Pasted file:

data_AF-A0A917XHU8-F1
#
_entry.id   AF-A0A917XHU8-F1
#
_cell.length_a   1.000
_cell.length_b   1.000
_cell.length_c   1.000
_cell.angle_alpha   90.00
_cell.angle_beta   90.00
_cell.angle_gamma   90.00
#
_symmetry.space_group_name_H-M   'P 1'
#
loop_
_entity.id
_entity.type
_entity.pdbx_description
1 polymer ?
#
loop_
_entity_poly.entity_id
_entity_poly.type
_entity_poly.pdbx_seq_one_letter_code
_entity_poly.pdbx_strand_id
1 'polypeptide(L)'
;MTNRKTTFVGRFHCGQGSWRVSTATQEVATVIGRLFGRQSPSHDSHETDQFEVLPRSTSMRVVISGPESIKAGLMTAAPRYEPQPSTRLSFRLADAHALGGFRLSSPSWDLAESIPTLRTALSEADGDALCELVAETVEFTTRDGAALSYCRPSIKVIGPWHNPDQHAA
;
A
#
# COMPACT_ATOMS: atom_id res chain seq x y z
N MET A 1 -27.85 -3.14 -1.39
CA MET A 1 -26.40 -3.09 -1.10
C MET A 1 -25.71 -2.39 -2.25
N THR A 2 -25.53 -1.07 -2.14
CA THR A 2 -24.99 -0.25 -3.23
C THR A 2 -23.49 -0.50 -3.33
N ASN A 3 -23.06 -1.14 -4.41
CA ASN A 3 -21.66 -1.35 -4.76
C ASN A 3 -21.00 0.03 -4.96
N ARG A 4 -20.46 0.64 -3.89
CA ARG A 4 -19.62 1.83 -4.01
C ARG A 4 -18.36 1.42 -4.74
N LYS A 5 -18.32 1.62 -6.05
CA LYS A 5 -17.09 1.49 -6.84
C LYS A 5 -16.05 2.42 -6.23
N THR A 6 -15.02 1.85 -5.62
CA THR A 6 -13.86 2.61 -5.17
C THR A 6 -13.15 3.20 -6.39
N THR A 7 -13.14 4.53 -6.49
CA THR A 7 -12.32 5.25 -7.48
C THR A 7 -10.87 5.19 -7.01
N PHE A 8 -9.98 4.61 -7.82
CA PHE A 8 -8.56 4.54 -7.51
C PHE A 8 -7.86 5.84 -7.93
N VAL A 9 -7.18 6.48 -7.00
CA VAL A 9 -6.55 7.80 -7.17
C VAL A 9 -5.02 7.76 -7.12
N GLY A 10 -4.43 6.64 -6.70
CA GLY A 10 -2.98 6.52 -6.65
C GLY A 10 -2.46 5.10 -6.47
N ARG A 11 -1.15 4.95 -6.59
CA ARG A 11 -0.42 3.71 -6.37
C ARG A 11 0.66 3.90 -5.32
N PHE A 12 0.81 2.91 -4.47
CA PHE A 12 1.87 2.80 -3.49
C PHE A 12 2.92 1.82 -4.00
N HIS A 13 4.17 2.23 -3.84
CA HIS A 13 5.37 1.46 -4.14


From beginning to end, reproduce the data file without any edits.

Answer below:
data_AF-A0A917XHU8-F1
#
_entry.id   AF-A0A917XHU8-F1
#
_cell.length_a   1.000
_cell.length_b   1.000
_cell.length_c   1.000
_cell.angle_alpha   90.00
_cell.angle_beta   90.00
_cell.angle_gamma   90.00
#
_symmetry.space_group_name_H-M   'P 1'
#
loop_
_entity.id
_entity.type
_entity.pdbx_description
1 polymer ?
#
loop_
_entity_poly.entity_id
_entity_poly.type
_entity_poly.pdbx_seq_one_letter_code
_entity_poly.pdbx_strand_id
1 'polypeptide(L)'
;MTNRKTTFVGRFHCGQGSWRVSTATQEVATVIGRLFGRQSPSHDSHETDQFEVLPRSTSMRVVISGPESIKAGLMTAAPRYEPQPSTRLSFRLADAHALGGFRLSSPSWDLAESIPTLRTALSEADGDALCELVAETVEFTTRDGAALSYCRPSIKVIGPWHNPDQHAA
;
A
#
# COMPACT_ATOMS: atom_id res chain seq x y z
N MET A 1 -27.85 -3.14 -1.39
CA MET A 1 -26.40 -3.09 -1.10
C MET A 1 -25.71 -2.39 -2.25
N THR A 2 -25.53 -1.07 -2.14
CA THR A 2 -24.99 -0.25 -3.23
C THR A 2 -23.49 -0.50 -3.33
N ASN A 3 -23.06 -1.14 -4.41
CA ASN A 3 -21.66 -1.35 -4.76
C ASN A 3 -21.00 0.03 -4.96
N ARG A 4 -20.46 0.64 -3.89
CA ARG A 4 -19.62 1.83 -4.01
C ARG A 4 -18.36 1.42 -4.74
N LYS A 5 -18.32 1.62 -6.05
CA LYS A 5 -17.09 1.49 -6.84
C LYS A 5 -16.05 2.42 -6.23
N THR A 6 -15.02 1.85 -5.62
CA THR A 6 -13.86 2.61 -5.17
C THR A 6 -13.15 3.20 -6.39
N THR A 7 -13.14 4.53 -6.49
CA THR A 7 -12.32 5.25 -7.48
C THR A 7 -10.87 5.19 -7.01
N PHE A 8 -9.98 4.61 -7.82
CA PHE A 8 -8.56 4.54 -7.51
C PHE A 8 -7.86 5.84 -7.93
N VAL A 9 -7.18 6.48 -7.00
CA VAL A 9 -6.55 7.80 -7.17
C VAL A 9 -5.02 7.76 -7.12
N GLY A 10 -4.43 6.64 -6.70
CA GLY A 10 -2.98 6.52 -6.65
C GLY A 10 -2.46 5.10 -6.47
N ARG A 11 -1.15 4.95 -6.59
CA ARG A 11 -0.42 3.71 -6.37
C ARG A 11 0.66 3.90 -5.32
N PHE A 12 0.81 2.91 -4.47
CA PHE A 12 1.87 2.80 -3.49
C PHE A 12 2.92 1.82 -4.00
N HIS A 13 4.17 2.23 -3.84
CA HIS A 13 5.37 1.46 -4.14